This is really a stunning page. A very rich illustration takes up half of it, with five illuminations to follow.
The top-half page illustration is wonderful example of Letitia’s watercolor skills. This image is well composed. April and the bird she is mending take center stage, while a good sized rock provides a background that takes up most of the frame. Bookending the rock are the blue butterfly and a flowering plant. There is also action in the scene as April applies a splint to the broken wing, while the butterfly hovers nearby with another leaf for the bird’s bed. The colors – especially that of the bird – are just extraordinary.
The illuminations on the lower half of the page are equally as extraordinary. The first is of the blue butterfly. It seems to be a clone of the same image contained in the illustration, but compressed somewhat horizontally. The larger image, in the illustration, is the better of the two, providing a richly-rendered portrait of April’s faithful companion. Still, the patterning on the smaller one is so delicate and detailed. Two subsequent images – one of day and one of night – really dominate the lower space. Both are faithful studies of the two states of a single day, whether in Fairyland or the Great World.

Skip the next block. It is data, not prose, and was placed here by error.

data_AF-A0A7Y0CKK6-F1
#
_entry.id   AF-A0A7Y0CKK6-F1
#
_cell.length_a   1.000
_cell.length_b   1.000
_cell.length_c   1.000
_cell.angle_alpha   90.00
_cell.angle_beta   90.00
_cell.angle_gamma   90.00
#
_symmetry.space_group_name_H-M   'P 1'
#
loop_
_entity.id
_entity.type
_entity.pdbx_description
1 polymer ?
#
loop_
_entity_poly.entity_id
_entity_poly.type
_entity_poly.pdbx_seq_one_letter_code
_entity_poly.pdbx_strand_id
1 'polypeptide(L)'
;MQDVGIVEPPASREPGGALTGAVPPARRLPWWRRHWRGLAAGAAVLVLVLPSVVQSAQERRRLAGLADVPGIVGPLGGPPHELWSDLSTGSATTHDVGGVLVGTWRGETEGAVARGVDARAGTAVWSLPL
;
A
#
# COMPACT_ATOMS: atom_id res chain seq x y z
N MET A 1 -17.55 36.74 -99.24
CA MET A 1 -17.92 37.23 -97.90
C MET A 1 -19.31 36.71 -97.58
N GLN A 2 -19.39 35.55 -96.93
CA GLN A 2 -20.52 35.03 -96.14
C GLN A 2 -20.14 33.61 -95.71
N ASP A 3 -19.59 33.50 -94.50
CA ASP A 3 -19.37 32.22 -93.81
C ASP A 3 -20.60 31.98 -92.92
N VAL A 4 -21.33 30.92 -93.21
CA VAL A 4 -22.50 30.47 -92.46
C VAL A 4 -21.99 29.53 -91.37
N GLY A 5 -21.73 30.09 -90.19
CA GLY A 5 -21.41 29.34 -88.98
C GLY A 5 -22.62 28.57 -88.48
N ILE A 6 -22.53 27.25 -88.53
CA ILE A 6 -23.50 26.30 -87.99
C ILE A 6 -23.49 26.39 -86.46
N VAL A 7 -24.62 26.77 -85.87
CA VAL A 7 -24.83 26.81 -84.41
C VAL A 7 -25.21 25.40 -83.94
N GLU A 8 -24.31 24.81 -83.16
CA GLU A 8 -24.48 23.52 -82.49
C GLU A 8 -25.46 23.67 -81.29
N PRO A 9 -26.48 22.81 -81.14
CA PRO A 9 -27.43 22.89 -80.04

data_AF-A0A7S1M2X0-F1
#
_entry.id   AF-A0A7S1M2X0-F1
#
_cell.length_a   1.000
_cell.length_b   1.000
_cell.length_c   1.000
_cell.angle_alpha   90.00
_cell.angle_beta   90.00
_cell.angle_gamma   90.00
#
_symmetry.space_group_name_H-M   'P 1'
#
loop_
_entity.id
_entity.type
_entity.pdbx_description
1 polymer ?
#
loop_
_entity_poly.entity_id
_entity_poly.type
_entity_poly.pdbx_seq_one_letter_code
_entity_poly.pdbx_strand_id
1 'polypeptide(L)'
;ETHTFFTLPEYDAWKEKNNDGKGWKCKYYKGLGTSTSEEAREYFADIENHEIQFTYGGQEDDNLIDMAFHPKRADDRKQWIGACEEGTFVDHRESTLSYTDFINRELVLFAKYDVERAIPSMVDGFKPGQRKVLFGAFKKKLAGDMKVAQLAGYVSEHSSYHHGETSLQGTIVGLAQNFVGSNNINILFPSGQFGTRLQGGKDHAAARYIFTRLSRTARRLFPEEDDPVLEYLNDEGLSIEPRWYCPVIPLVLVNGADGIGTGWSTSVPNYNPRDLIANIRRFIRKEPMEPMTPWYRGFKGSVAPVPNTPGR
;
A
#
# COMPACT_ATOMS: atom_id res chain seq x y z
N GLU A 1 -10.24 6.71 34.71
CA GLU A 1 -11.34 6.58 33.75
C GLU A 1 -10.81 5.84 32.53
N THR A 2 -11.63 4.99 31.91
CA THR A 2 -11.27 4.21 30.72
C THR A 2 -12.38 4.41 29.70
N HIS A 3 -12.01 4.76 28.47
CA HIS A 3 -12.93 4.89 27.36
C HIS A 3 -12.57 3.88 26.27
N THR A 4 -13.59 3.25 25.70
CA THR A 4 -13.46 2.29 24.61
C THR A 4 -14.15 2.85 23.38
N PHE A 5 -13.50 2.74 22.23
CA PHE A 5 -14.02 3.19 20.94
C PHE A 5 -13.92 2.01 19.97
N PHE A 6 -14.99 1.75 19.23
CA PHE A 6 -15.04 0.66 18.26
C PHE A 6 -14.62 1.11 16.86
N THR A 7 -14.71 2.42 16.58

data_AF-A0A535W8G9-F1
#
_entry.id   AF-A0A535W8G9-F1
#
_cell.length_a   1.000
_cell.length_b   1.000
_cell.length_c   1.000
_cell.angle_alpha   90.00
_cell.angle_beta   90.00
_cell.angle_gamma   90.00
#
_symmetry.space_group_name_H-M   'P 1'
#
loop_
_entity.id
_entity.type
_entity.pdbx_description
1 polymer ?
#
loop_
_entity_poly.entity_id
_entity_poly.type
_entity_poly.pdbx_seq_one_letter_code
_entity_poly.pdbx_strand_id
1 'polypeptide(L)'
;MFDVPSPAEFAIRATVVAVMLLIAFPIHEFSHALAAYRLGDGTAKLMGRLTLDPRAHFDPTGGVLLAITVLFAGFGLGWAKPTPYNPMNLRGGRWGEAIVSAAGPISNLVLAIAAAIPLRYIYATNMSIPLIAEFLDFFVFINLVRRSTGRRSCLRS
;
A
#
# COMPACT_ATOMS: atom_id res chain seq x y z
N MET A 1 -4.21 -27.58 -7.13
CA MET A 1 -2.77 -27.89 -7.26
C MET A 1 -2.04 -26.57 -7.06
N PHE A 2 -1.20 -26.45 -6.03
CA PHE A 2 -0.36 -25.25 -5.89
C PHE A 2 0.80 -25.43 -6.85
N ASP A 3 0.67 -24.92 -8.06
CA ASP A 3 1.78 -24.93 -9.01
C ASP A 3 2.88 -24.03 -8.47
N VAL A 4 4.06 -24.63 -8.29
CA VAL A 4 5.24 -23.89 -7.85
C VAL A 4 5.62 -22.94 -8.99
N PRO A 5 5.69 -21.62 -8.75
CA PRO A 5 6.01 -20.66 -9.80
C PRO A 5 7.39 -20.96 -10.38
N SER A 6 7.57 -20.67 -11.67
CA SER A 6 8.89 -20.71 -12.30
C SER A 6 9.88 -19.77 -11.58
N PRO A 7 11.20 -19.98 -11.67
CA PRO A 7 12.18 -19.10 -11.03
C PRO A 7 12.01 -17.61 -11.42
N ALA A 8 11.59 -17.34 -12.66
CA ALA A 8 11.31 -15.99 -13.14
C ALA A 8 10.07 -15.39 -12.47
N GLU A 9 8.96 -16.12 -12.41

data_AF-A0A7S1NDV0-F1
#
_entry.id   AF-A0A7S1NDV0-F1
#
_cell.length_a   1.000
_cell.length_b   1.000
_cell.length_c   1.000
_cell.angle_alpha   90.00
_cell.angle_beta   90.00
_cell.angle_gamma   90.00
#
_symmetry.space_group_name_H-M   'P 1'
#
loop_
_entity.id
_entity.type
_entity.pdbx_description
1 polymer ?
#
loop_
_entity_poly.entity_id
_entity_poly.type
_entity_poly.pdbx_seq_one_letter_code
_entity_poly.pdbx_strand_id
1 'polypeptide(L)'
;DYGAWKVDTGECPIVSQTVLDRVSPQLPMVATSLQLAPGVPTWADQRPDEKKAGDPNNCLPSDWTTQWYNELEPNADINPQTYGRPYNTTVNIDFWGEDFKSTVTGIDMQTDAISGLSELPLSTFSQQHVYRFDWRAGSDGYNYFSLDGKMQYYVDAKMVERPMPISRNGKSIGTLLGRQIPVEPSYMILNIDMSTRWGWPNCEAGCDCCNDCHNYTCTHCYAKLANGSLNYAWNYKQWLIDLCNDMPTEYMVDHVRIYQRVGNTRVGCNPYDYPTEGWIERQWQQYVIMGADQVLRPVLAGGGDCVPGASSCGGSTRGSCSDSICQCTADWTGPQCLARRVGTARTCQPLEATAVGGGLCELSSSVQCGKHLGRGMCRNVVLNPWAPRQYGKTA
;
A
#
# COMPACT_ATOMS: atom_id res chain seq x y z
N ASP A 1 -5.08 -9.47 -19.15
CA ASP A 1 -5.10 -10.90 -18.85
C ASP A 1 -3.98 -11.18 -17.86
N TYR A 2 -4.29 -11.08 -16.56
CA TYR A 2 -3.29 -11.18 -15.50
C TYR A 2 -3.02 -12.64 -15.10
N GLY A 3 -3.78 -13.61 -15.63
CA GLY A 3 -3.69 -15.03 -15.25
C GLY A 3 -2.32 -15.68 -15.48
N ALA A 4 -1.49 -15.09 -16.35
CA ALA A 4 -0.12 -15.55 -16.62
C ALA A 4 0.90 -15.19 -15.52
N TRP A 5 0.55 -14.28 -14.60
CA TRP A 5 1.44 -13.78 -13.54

The two smaller illuminations are just endearing. The last, that of the leaves, while standard shows just how thorough Letitia was in illuminating April’s world. But the one hovering above “nursed” is my favorite image on the page. While it is a simple red cross, outlined in black, it carries more meaning than any other on the page. Why? Because it is semiotic. That is, it is not merely an illumination, but a symbol – pregnant with cultural meaning. This has nothing to do with illuminating – or illustrating – a thing, an action, or a state of being, but rather presenting a glyph with vast societal and cultural meaning; meaning beyond mere surface image. Though put down with watercolor and ink long before the term “meme” was recognized – this is, in fact, one. Letitia, an old fashioned watercolorist and illustrator has tapped into future (now contemporary) ways of ascribing meaning.